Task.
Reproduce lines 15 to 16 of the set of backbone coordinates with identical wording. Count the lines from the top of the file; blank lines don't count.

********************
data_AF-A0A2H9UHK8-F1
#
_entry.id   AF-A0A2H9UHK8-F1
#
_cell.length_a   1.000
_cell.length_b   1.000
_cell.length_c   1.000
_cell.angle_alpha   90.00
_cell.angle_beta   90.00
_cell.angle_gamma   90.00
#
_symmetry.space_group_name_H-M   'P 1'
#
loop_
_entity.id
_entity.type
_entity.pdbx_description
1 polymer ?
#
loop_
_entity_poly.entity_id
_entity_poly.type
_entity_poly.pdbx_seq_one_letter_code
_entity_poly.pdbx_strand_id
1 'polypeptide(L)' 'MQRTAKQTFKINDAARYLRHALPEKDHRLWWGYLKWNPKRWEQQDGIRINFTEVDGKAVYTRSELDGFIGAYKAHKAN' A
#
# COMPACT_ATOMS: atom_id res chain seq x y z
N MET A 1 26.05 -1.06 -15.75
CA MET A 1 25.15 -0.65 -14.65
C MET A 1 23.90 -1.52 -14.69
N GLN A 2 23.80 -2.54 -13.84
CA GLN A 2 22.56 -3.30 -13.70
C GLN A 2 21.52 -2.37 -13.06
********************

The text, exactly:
_entity.id
_entity.type